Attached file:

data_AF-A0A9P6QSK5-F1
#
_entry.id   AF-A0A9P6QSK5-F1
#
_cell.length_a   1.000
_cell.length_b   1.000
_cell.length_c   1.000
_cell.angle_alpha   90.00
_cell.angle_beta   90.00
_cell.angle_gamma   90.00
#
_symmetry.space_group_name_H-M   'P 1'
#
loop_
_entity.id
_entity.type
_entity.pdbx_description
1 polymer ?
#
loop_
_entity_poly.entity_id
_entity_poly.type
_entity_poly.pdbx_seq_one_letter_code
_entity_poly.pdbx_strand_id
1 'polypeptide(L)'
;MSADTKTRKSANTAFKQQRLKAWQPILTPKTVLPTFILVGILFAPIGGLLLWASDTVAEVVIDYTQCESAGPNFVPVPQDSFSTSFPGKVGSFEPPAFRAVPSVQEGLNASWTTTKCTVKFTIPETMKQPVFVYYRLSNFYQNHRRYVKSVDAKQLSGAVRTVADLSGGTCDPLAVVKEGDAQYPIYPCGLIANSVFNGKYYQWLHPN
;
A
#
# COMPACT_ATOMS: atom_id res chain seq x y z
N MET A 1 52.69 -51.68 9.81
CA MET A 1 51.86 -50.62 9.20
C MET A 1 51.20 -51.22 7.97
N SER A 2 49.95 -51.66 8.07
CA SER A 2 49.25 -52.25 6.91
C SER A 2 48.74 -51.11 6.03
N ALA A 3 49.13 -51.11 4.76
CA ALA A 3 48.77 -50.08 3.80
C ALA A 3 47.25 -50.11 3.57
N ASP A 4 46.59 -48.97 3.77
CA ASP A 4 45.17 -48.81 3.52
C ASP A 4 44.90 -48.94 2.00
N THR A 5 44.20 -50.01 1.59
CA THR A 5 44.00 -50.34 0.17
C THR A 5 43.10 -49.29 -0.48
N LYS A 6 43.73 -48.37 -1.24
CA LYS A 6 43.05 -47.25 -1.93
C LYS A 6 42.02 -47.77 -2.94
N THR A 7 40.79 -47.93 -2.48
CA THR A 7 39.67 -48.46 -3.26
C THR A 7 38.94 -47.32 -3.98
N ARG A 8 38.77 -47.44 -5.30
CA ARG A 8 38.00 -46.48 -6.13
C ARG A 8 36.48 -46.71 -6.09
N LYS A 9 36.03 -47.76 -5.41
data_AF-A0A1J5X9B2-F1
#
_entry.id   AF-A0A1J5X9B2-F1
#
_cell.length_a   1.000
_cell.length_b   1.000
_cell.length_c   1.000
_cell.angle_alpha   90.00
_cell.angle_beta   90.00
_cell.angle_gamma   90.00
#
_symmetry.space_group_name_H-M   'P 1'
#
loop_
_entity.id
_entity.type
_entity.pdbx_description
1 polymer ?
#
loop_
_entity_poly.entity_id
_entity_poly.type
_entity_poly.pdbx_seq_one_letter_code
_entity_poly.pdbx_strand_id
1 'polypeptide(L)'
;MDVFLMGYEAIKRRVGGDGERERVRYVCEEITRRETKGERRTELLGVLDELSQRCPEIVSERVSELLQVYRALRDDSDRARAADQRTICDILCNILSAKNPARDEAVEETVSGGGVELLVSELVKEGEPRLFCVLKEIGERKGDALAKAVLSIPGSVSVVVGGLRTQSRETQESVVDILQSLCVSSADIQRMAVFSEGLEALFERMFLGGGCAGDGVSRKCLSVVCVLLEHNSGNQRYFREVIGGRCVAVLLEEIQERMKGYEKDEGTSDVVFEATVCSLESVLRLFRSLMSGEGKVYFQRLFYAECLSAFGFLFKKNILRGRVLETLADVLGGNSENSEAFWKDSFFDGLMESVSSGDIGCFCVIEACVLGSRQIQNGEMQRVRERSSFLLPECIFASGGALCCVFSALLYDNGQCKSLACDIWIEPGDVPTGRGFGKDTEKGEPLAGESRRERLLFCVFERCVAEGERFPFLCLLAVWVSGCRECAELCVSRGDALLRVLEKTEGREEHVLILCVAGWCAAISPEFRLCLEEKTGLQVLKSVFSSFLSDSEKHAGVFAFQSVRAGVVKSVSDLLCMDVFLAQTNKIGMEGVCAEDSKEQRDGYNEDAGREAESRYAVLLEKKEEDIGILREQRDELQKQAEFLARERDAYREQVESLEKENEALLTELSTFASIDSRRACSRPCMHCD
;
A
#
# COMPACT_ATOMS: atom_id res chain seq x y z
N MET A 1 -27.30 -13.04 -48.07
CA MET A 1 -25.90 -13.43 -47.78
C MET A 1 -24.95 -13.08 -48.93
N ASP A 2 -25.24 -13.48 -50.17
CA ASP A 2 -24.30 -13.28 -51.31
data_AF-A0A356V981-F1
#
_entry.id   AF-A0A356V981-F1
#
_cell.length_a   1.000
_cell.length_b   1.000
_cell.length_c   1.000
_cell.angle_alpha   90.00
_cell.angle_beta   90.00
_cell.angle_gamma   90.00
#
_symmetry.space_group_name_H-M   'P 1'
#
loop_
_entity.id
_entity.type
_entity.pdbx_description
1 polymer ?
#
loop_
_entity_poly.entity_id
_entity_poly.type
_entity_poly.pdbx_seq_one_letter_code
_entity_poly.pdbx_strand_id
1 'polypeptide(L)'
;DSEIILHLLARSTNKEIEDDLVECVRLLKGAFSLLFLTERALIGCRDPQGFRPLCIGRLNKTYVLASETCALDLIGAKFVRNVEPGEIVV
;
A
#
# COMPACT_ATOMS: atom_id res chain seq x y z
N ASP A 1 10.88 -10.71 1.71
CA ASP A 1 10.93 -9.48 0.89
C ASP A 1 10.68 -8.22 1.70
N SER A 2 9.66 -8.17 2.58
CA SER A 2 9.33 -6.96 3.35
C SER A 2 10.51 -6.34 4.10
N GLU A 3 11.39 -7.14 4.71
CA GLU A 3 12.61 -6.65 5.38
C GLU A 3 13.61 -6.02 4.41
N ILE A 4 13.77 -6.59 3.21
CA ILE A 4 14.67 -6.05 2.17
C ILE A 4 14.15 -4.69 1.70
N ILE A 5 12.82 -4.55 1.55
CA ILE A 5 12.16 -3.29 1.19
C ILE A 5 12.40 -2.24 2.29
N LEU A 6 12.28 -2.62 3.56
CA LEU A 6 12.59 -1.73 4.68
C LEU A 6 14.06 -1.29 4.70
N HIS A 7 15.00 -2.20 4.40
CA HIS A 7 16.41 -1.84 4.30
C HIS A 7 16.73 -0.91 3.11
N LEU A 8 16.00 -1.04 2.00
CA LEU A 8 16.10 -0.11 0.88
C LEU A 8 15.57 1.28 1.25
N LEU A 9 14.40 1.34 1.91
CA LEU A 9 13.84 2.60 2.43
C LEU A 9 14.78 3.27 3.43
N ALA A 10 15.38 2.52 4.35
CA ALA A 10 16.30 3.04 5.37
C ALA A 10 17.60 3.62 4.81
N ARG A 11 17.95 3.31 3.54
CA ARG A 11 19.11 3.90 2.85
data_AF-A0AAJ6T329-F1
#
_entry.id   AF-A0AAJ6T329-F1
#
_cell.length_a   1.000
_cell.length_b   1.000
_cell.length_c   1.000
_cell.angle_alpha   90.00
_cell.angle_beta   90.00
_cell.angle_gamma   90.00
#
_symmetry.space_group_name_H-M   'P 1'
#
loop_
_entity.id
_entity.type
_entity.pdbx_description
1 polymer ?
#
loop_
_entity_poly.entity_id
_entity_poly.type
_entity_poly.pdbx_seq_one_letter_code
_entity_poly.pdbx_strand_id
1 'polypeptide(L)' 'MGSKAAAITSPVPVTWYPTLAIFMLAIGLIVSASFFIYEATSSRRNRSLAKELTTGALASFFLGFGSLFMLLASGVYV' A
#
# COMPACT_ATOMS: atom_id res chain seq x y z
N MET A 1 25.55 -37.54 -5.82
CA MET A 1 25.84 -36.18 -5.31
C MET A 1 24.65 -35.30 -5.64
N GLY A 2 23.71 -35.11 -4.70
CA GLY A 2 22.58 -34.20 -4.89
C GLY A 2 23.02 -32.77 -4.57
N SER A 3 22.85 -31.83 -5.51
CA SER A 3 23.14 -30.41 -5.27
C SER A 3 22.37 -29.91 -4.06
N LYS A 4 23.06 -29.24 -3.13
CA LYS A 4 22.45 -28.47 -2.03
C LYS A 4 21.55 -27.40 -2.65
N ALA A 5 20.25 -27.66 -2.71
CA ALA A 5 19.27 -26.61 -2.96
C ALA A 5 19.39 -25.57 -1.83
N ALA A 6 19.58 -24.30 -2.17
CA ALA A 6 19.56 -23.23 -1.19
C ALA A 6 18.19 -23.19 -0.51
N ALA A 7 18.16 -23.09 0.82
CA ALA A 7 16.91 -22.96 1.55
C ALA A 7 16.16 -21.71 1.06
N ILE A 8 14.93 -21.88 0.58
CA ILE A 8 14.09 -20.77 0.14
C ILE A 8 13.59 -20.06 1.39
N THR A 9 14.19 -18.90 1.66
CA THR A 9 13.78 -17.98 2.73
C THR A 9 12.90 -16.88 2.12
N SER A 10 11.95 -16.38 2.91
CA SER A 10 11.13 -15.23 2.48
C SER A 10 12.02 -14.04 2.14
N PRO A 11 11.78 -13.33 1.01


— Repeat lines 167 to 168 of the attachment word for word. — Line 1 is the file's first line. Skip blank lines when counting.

_entity.id
_entity.type